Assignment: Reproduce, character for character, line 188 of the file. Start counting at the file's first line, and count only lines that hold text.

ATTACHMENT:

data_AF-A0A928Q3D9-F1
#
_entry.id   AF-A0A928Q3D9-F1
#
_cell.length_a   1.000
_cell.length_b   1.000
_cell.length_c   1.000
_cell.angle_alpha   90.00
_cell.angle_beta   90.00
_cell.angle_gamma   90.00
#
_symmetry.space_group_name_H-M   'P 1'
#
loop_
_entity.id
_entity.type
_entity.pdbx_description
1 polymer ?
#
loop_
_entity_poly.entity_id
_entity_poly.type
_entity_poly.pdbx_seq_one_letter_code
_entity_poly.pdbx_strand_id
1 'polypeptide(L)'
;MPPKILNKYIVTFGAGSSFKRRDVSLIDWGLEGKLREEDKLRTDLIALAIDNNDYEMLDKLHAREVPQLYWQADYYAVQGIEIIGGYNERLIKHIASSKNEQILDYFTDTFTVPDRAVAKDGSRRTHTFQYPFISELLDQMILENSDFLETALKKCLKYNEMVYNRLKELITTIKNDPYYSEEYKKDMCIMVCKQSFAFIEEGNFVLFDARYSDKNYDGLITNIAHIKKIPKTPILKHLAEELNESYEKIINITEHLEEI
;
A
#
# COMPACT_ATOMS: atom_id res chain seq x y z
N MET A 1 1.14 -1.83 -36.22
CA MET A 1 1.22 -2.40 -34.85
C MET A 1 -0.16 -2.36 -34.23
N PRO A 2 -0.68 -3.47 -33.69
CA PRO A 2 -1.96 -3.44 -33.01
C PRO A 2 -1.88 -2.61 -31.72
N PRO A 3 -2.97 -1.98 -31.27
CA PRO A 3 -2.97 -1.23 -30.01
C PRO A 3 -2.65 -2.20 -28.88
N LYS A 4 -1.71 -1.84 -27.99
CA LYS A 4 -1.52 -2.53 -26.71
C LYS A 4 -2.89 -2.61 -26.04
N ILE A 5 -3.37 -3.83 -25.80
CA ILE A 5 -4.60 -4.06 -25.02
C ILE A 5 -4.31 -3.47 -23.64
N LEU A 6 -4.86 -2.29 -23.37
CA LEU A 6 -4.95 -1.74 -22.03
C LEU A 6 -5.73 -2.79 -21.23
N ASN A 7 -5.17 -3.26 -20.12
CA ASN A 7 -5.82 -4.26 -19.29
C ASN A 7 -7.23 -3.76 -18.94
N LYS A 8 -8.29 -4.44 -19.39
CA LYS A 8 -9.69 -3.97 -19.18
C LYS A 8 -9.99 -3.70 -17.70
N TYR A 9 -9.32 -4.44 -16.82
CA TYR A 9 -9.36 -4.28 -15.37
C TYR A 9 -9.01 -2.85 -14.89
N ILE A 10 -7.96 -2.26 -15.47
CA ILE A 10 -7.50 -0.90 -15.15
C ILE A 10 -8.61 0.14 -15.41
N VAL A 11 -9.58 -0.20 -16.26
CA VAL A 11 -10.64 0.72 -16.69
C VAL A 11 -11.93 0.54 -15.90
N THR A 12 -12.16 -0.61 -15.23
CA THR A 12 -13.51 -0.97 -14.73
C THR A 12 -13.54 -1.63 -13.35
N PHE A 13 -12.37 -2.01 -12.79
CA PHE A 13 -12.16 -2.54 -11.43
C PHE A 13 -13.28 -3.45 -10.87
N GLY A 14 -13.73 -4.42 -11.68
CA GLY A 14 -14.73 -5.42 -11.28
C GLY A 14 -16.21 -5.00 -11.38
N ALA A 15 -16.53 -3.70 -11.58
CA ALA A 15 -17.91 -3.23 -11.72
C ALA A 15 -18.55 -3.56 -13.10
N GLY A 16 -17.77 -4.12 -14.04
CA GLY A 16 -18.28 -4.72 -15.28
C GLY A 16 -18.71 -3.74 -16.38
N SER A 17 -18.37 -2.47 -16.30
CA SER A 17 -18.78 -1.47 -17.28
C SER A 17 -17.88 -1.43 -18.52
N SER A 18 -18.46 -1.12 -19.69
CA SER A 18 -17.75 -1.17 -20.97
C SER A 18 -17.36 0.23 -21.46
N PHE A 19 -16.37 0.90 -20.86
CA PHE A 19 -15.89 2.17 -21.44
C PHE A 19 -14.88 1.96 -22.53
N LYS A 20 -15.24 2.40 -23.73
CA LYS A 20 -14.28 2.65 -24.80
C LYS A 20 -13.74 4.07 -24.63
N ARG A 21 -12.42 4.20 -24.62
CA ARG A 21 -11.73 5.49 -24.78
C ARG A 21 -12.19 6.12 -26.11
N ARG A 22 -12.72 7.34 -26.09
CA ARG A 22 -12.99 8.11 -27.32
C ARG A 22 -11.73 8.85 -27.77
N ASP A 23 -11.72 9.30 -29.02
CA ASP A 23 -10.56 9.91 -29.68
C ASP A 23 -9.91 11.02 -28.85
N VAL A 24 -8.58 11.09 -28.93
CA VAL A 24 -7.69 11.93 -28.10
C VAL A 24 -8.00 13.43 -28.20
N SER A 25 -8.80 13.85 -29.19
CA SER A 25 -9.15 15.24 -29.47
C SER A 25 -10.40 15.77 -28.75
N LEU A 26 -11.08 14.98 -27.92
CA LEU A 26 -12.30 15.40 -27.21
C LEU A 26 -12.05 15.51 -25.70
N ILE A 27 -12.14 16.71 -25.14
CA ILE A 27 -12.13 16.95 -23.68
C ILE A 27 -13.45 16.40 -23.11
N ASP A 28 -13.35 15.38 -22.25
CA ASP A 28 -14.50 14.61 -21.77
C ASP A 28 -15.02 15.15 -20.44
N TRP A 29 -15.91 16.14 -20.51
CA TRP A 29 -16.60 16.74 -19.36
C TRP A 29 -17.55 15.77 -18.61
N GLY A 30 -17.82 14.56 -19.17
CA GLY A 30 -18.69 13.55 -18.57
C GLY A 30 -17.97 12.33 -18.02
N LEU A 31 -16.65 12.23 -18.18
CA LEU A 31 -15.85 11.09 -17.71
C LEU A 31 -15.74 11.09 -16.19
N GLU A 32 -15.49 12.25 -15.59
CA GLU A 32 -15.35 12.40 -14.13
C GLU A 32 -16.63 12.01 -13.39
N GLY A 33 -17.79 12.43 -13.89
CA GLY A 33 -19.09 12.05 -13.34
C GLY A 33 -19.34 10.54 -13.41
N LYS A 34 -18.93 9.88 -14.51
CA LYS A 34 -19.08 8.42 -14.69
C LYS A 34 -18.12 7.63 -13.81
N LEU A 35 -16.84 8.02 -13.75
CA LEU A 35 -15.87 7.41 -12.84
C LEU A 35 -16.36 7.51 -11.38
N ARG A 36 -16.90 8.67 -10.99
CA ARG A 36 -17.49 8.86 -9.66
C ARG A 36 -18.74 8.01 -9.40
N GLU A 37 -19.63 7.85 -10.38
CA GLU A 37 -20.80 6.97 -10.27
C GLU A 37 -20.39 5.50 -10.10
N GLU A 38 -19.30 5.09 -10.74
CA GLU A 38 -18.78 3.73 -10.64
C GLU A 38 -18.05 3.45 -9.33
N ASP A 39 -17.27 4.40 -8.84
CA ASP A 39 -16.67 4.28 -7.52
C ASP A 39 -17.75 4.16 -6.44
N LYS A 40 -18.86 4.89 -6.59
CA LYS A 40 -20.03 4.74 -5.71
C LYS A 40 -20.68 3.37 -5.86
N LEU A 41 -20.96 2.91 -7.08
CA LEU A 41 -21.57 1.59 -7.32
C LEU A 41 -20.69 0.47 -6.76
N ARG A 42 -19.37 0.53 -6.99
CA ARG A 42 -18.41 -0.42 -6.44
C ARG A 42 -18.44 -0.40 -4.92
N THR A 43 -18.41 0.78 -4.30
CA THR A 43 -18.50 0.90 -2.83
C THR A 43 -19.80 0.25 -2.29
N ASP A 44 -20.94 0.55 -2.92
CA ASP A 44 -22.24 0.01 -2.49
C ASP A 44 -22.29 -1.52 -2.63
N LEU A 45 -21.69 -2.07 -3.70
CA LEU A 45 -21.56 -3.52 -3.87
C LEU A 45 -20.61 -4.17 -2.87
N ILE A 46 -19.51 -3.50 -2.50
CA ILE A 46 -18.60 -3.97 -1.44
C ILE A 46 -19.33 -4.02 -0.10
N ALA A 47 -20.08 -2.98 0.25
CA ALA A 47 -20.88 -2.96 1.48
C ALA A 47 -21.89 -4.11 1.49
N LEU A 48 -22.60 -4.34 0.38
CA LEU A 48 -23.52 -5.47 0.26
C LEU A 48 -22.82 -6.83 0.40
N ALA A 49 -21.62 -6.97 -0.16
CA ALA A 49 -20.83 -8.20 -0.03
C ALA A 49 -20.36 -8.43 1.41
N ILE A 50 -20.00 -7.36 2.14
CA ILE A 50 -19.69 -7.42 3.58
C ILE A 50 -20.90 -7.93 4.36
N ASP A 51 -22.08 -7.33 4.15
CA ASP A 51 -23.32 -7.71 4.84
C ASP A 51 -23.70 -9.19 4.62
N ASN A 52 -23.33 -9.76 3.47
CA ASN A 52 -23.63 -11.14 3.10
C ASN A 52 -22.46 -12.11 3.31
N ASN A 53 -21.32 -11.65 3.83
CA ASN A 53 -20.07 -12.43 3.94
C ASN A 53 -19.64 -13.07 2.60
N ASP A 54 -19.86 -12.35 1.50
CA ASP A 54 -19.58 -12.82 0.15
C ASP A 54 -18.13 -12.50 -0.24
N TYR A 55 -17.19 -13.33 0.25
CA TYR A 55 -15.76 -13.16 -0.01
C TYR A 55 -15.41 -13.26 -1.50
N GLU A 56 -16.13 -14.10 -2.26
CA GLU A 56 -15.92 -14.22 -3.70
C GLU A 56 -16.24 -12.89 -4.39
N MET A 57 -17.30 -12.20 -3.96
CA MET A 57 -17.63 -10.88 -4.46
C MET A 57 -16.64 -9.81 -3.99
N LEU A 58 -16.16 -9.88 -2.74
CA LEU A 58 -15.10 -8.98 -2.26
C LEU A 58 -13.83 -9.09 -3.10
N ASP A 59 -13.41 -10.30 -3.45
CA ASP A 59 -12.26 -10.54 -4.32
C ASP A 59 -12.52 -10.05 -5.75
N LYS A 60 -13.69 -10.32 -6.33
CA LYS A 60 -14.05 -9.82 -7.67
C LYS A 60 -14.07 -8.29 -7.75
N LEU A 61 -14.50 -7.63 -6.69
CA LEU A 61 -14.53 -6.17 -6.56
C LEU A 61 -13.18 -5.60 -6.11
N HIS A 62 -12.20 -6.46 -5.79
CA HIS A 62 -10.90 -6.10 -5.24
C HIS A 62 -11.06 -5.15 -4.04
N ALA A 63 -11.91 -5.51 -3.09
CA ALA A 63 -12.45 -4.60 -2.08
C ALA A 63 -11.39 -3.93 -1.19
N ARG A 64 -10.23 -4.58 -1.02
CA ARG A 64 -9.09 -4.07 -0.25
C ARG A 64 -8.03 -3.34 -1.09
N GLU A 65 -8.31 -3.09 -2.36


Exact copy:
CA ASN A 53 -20.07 -12.43 3.94